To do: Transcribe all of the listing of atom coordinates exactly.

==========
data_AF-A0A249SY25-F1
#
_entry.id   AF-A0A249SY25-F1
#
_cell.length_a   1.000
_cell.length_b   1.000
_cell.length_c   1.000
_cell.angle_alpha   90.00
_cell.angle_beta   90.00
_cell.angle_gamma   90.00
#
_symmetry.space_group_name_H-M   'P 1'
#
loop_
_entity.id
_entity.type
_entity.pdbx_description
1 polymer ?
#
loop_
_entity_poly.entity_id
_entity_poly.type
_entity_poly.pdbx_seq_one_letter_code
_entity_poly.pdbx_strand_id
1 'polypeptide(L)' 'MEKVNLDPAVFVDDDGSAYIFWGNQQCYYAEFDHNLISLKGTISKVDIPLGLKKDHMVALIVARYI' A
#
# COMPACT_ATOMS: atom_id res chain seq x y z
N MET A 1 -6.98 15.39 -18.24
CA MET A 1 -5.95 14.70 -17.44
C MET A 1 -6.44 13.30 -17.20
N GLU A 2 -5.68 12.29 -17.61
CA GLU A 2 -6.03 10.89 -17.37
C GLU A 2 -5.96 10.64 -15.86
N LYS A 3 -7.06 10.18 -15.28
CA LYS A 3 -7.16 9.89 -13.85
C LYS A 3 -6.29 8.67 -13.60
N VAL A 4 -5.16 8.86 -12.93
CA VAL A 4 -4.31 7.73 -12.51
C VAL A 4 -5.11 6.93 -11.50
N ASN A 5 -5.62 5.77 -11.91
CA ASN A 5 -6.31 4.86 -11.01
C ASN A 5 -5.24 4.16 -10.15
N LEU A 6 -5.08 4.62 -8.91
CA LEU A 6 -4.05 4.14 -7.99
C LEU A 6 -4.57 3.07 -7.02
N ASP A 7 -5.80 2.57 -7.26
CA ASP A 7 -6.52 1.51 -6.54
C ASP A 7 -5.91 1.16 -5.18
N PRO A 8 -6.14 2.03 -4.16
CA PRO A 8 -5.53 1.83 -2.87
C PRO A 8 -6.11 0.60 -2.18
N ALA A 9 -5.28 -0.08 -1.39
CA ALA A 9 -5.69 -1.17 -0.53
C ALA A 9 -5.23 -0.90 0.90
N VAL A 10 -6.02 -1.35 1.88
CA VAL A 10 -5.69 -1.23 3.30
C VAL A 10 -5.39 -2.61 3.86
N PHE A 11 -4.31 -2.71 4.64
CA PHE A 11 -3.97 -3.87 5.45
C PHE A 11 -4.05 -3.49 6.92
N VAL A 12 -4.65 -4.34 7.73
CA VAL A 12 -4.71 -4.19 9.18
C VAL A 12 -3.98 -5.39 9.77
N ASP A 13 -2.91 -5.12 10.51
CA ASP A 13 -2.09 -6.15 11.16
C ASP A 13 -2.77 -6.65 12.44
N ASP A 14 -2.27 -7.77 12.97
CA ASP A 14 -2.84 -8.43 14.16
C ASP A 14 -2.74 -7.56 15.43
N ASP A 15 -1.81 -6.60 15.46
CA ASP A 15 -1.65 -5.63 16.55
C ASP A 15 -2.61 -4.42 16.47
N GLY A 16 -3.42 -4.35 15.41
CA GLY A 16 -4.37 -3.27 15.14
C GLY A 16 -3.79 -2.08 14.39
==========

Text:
data_AF-A0A249SY25-F1
#
_entry.id   AF-A0A249SY25-F1
#
_cell.length_a   1.000
_cell.length_b   1.000
_cell.length_c   1.000
_cell.angle_alpha   90.00
_cell.angle_beta   90.00
_cell.angle_gamma   90.00
#
_symmetry.space_group_name_H-M   'P 1'
#
loop_
_entity.id
_entity.type
_entity.pdbx_description
1 polymer ?
#
loop_
_entity_poly.entity_id
_entity_poly.type
_entity_poly.pdbx_seq_one_letter_code
_entity_poly.pdbx_strand_id
1 'polypeptide(L)' 'MEKVNLDPAVFVDDDGSAYIFWGNQQCYYAEFDHNLISLKGTISKVDIPLGLKKDHMVALIVARYI' A
#
# COMPACT_ATOMS: atom_id res chain seq x y z
N MET A 1 -6.98 15.39 -18.24
CA MET A 1 -5.95 14.70 -17.44
C MET A 1 -6.44 13.30 -17.20
N GLU A 2 -5.68 12.29 -17.61
CA GLU A 2 -6.03 10.89 -17.37
C GLU A 2 -5.96 10.64 -15.86
N LYS A 3 -7.06 10.18 -15.28
CA LYS A 3 -7.16 9.89 -13.85
C LYS A 3 -6.29 8.67 -13.60
N VAL A 4 -5.16 8.86 -12.93
CA VAL A 4 -4.31 7.73 -12.51
C VAL A 4 -5.11 6.93 -11.50
N ASN A 5 -5.62 5.77 -11.91
CA ASN A 5 -6.31 4.86 -11.01
C ASN A 5 -5.24 4.16 -10.15
N LEU A 6 -5.08 4.62 -8.91
CA LEU A 6 -4.05 4.14 -7.99
C LEU A 6 -4.57 3.07 -7.02
N ASP A 7 -5.80 2.57 -7.26
CA ASP A 7 -6.52 1.51 -6.54
C ASP A 7 -5.91 1.16 -5.18
N PRO A 8 -6.14 2.03 -4.16
CA PRO A 8 -5.53 1.83 -2.87
C PRO A 8 -6.11 0.60 -2.18
N ALA A 9 -5.28 -0.08 -1.39
CA ALA A 9 -5.69 -1.17 -0.53
C ALA A 9 -5.23 -0.90 0.90
N VAL A 10 -6.02 -1.35 1.88
CA VAL A 10 -5.69 -1.23 3.30
C VAL A 10 -5.39 -2.61 3.86
N PHE A 11 -4.31 -2.71 4.64
CA PHE A 11 -3.97 -3.87 5.45
C PHE A 11 -4.05 -3.49 6.92
N VAL A 12 -4.65 -4.34 7.73
CA VAL A 12 -4.71 -4.19 9.18
C VAL A 12 -3.98 -5.39 9.77
N ASP A 13 -2.91 -5.12 10.51
CA ASP A 13 -2.09 -6.15 11.16
C ASP A 13 -2.77 -6.65 12.44
N ASP A 14 -2.27 -7.77 12.97
CA ASP A 14 -2.84 -8.43 14.16
C ASP A 14 -2.74 -7.56 15.43
N ASP A 15 -1.81 -6.60 15.46
CA ASP A 15 -1.65 -5.63 16.55
C ASP A 15 -2.61 -4.42 16.47
N GLY A 16 -3.42 -4.35 15.41
CA GLY A 16 -4.37 -3.27 15.14
C GLY A 16 -3.79 -2.08 14.39